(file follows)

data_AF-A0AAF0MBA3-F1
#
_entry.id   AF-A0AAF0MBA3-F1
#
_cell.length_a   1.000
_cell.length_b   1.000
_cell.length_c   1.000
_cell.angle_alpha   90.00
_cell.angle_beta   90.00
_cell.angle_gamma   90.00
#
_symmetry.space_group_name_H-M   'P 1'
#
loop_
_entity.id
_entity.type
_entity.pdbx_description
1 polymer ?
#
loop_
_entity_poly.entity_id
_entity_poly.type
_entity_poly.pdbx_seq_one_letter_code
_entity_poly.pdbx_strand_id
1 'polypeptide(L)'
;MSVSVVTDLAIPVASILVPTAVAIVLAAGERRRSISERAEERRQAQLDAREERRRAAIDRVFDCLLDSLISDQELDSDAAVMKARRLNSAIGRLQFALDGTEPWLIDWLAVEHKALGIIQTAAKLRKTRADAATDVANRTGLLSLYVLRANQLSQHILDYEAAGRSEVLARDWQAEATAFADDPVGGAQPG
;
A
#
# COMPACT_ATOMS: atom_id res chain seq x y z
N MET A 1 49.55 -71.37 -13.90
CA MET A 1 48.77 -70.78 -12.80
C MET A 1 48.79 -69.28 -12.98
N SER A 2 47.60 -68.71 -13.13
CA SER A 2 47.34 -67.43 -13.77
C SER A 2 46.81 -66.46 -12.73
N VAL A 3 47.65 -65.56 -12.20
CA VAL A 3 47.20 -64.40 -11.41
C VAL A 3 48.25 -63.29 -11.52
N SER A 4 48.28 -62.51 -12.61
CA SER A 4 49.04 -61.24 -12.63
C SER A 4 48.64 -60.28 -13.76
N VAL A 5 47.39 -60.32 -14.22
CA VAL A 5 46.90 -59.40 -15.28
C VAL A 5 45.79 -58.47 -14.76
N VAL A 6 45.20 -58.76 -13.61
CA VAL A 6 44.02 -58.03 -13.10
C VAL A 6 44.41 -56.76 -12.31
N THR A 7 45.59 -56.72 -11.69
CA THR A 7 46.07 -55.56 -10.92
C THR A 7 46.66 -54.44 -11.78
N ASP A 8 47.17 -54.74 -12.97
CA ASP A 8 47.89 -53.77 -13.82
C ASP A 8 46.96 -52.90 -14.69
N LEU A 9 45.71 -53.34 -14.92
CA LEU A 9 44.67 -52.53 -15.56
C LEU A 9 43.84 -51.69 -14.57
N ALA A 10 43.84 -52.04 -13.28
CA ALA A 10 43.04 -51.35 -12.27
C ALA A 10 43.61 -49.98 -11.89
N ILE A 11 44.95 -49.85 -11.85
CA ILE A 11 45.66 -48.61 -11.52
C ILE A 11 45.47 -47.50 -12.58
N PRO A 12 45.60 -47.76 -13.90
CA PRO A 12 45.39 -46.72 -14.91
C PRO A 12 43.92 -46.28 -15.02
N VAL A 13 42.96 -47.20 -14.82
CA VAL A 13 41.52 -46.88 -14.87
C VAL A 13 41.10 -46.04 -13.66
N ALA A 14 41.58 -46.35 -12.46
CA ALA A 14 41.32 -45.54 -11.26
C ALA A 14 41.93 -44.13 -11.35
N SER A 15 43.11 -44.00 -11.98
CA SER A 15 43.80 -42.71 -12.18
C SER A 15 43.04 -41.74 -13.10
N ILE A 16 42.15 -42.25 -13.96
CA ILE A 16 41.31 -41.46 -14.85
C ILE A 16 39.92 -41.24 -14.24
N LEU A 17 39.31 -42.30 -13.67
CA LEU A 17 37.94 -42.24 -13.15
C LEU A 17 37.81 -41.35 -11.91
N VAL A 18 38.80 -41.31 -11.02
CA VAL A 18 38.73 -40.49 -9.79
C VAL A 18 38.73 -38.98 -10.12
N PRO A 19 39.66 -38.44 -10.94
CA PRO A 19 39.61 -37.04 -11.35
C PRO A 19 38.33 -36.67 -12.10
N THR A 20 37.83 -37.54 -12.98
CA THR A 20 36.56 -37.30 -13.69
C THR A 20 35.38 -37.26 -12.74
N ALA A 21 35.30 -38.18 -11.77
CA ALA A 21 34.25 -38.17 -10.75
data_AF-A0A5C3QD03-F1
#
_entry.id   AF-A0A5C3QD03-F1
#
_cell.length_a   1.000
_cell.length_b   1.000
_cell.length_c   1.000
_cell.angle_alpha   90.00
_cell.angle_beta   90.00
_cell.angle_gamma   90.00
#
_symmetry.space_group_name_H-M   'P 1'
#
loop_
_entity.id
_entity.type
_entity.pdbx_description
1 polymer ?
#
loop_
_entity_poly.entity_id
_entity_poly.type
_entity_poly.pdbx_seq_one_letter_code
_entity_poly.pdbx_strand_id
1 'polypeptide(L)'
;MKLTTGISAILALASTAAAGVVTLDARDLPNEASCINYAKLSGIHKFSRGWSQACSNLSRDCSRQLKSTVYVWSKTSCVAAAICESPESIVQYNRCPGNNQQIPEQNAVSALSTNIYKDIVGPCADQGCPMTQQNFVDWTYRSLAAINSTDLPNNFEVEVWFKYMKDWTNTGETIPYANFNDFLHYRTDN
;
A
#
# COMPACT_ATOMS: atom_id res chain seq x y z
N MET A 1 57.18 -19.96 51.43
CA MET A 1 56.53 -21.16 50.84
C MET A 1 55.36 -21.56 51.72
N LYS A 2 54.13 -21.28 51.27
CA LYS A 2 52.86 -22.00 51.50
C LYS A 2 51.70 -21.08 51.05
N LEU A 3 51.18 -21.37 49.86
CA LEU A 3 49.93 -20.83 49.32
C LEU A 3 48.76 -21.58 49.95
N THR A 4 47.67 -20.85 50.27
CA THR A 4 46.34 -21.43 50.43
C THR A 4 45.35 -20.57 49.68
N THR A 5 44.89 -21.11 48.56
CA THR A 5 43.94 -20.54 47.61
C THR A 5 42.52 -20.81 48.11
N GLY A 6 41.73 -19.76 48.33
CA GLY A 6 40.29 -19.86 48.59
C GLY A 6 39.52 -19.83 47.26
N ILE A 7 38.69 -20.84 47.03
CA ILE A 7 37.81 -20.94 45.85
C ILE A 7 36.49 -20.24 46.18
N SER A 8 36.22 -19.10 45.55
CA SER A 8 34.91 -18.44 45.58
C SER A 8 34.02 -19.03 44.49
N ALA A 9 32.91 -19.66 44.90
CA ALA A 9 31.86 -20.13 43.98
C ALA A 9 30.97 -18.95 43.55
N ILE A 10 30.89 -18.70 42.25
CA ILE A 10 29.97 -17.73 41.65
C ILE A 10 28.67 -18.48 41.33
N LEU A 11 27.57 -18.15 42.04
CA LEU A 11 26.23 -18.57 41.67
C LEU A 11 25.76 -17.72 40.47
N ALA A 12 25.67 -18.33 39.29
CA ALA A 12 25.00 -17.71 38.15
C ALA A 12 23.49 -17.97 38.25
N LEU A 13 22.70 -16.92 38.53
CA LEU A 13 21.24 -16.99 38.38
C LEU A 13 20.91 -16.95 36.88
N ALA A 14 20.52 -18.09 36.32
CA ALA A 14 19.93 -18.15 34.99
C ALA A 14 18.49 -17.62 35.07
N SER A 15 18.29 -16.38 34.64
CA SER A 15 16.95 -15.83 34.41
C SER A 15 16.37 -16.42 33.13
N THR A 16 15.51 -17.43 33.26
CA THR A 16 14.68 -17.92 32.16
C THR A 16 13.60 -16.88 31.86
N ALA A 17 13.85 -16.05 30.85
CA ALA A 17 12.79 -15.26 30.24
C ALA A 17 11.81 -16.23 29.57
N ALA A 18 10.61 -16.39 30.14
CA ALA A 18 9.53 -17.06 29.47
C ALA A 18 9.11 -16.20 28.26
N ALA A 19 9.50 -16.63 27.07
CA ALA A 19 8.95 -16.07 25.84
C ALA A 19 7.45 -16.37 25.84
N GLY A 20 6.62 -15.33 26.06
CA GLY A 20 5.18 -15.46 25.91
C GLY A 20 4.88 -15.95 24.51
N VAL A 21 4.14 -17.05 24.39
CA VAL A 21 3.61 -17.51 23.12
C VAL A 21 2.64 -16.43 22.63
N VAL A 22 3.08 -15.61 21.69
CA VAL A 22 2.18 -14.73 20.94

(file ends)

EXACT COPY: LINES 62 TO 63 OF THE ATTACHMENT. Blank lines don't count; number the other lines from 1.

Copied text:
CA ILE A 11 45.66 -48.61 -11.52
C ILE A 11 45.47 -47.50 -12.58